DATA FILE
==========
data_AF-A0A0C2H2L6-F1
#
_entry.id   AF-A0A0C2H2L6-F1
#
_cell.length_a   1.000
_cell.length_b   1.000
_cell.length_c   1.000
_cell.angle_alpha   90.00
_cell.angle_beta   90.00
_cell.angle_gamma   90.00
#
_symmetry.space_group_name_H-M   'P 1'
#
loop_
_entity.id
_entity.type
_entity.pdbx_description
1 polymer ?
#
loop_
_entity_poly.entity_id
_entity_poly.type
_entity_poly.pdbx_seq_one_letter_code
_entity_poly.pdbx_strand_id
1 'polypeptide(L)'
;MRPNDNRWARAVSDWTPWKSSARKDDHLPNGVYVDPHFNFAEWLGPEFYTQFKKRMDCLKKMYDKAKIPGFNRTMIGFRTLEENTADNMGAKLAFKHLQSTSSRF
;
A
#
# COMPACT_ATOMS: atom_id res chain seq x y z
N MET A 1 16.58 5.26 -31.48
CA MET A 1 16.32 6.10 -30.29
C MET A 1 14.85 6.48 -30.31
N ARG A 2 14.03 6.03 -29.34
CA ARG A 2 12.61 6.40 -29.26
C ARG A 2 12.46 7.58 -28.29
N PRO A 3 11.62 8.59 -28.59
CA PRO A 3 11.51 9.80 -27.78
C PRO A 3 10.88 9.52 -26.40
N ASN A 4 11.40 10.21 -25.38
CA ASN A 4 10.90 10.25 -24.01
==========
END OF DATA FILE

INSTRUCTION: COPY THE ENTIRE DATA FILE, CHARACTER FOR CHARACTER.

data_AF-A0A0C2H2L6-F1
#
_entry.id   AF-A0A0C2H2L6-F1
#
_cell.length_a   1.000
_cell.length_b   1.000
_cell.length_c   1.000
_cell.angle_alpha   90.00
_cell.angle_beta   90.00
_cell.angle_gamma   90.00
#
_symmetry.space_group_name_H-M   'P 1'
#
loop_
_entity.id
_entity.type
_entity.pdbx_description
1 polymer ?
#
loop_
_entity_poly.entity_id
_entity_poly.type
_entity_poly.pdbx_seq_one_letter_code
_entity_poly.pdbx_strand_id
1 'polypeptide(L)'
;MRPNDNRWARAVSDWTPWKSSARKDDHLPNGVYVDPHFNFAEWLGPEFYTQFKKRMDCLKKMYDKAKIPGFNRTMIGFRTLEENTADNMGAKLAFKHLQSTSSRF
;
A
#
# COMPACT_ATOMS: atom_id res chain seq x y z
N MET A 1 16.58 5.26 -31.48
CA MET A 1 16.32 6.10 -30.29
C MET A 1 14.85 6.48 -30.31
N ARG A 2 14.03 6.03 -29.34
CA ARG A 2 12.61 6.40 -29.26
C ARG A 2 12.46 7.58 -28.29
N PRO A 3 11.62 8.59 -28.59
CA PRO A 3 11.51 9.80 -27.78
C PRO A 3 10.88 9.52 -26.40
N ASN A 4 11.40 10.21 -25.38
CA ASN A 4 10.90 10.25 -24.01